When we hear that nature is the “expression of old buddhas,” what do we think? The old buddhas are awakened people from the past who left a trail for us to follow so we may awaken ourselves. Maybe the old buddhas loved nature. When we commune with nature, we are indirectly communing with them, just like visiting a childhood home might help us feel connected with long lost loved ones. Maybe words and phrases are inadequate to express what the old buddhas have to say, so they preferred to use metaphors drawn from nature. Maybe mountains and waters (and fish and flowers and clouds) evoke something indescribable in us – some feeling of connection, of the ineffable, of perfection and completeness, or suchness – and we imagine that when the old buddhas sat by the same mountain stream they felt what we are feeling now.

However, none of these ways of explaining why mountains and waters are the “expression of old buddhas” hits the mark. Coming up with intellectual explanations for Dogen’s words – even if the explanations point toward spiritual experiences – is inadequate.

Instead, we should seek to encounter the text more intimately, to wrestle with it earnestly. Dogen says the mountains and waters you experience right here, right now, are the expression of the old buddhas. What can this possibly mean? The old buddhas are people who lived in the past. How can they be expressing anything right here and right now? Are they traveling through time? Or are the mountains and waters unchanged from the time of the old buddhas until now? Dogen’s words challenge our sense of time, as they often do.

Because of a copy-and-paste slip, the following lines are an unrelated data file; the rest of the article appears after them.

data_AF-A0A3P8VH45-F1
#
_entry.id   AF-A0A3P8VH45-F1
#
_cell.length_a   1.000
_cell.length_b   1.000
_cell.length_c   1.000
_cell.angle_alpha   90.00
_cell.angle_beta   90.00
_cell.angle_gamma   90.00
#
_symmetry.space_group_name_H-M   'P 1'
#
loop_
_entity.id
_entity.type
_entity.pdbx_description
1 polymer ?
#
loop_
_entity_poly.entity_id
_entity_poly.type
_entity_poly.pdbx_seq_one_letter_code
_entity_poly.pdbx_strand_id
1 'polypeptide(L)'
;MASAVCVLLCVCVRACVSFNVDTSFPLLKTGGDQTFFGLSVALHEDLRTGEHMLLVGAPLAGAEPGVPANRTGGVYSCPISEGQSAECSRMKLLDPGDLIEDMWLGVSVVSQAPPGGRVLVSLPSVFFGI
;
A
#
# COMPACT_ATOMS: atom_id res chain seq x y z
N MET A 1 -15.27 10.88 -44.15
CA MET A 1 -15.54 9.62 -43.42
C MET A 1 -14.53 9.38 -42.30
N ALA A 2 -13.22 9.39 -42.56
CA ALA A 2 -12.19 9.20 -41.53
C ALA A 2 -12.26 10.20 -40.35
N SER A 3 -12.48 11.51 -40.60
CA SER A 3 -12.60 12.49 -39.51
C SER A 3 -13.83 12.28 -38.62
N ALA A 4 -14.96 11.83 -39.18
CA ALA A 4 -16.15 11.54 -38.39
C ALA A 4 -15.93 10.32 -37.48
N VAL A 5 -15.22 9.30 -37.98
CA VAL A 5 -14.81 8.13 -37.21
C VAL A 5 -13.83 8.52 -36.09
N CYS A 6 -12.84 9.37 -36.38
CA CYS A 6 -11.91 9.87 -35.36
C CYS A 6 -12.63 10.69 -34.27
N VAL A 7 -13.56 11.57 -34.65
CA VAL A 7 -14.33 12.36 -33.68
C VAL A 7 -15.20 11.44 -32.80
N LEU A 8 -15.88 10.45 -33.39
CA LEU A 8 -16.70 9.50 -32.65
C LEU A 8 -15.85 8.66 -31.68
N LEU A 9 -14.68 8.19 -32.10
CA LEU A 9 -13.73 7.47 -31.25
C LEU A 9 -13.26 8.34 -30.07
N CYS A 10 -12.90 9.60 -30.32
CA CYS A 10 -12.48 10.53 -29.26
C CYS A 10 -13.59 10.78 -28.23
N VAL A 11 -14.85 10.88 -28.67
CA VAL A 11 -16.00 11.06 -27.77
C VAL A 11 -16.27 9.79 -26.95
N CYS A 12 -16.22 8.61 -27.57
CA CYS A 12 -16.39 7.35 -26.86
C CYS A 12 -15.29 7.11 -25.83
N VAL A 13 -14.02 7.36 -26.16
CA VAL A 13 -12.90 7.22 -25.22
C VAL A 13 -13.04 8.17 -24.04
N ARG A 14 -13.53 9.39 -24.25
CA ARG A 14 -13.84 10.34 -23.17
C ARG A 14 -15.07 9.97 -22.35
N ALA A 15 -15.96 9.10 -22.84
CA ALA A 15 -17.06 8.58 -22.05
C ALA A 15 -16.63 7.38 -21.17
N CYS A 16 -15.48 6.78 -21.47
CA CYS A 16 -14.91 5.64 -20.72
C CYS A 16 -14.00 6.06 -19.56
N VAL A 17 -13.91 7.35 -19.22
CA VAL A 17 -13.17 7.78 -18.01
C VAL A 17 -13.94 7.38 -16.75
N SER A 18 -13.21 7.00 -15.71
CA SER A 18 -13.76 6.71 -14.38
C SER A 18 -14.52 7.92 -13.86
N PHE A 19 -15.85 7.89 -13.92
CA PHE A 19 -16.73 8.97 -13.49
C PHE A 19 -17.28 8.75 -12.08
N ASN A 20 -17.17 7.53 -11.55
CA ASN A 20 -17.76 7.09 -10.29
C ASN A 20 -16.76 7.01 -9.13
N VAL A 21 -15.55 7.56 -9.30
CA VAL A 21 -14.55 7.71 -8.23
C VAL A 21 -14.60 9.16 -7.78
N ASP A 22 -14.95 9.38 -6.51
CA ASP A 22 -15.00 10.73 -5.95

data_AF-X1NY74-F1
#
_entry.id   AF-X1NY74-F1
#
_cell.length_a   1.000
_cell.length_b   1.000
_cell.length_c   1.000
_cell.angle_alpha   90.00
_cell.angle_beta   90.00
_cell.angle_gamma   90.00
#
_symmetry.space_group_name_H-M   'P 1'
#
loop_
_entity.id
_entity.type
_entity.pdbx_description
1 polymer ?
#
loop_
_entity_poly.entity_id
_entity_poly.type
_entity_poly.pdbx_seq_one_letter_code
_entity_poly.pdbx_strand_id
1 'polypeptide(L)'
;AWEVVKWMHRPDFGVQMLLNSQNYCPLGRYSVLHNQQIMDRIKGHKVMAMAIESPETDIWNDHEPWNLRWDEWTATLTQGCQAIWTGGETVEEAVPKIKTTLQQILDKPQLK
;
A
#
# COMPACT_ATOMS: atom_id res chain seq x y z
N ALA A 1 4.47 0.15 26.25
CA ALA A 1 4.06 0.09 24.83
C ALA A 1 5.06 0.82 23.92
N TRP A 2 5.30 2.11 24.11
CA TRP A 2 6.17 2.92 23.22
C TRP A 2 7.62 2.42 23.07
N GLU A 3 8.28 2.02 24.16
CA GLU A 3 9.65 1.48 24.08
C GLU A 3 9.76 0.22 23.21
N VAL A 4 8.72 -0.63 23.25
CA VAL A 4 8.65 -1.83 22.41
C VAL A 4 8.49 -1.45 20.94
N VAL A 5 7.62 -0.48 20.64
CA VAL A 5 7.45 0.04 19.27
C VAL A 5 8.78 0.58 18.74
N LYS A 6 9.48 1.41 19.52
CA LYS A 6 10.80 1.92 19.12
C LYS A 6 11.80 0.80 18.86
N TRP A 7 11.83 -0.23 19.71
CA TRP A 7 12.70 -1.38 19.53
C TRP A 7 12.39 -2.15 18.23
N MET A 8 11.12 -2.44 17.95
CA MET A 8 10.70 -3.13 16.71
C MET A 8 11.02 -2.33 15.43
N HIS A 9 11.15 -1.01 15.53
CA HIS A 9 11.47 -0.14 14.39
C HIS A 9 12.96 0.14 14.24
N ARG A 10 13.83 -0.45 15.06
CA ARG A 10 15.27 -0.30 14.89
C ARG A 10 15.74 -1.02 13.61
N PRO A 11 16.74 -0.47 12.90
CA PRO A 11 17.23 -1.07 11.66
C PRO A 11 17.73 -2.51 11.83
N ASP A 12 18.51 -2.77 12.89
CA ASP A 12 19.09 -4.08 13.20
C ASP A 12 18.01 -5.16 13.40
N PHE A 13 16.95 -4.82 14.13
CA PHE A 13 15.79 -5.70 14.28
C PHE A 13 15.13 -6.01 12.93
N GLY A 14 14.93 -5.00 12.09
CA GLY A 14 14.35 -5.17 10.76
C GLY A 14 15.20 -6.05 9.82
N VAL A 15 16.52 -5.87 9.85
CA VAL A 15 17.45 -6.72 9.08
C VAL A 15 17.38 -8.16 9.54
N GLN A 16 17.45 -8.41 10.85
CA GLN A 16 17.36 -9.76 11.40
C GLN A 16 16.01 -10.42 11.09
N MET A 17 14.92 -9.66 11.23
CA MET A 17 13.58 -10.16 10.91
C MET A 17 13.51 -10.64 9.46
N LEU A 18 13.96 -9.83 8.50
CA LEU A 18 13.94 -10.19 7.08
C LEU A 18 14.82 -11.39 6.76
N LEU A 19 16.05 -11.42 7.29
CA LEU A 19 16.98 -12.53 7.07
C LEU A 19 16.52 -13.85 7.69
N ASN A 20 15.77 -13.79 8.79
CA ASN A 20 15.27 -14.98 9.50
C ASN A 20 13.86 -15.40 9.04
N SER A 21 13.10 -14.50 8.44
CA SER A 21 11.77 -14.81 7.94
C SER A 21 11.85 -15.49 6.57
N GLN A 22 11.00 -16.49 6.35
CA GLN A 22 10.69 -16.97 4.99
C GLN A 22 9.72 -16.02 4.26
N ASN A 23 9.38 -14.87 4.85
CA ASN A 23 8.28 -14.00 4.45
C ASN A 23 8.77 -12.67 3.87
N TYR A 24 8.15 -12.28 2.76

Nature is whatever is not planned or controlled by human beings, so it doesn’t make sense for the old buddhas to lay claim to mountains and waters, using them as an expression. What makes the mountains and waters an expression of human beings? Perhaps nature has its own message, its own expression, but what would that expression have to do with human beings suffering, practicing, awakening, and then teaching others? The Buddha Way is about human beings liberating themselves from self-imposed suffering. Does nature care about that?

These questions are not meant to stimulate the intellect and encourage speculation or philosophizing, but instead are meant to help us realize to what extent we don’t actually understand what Dogen is talking about.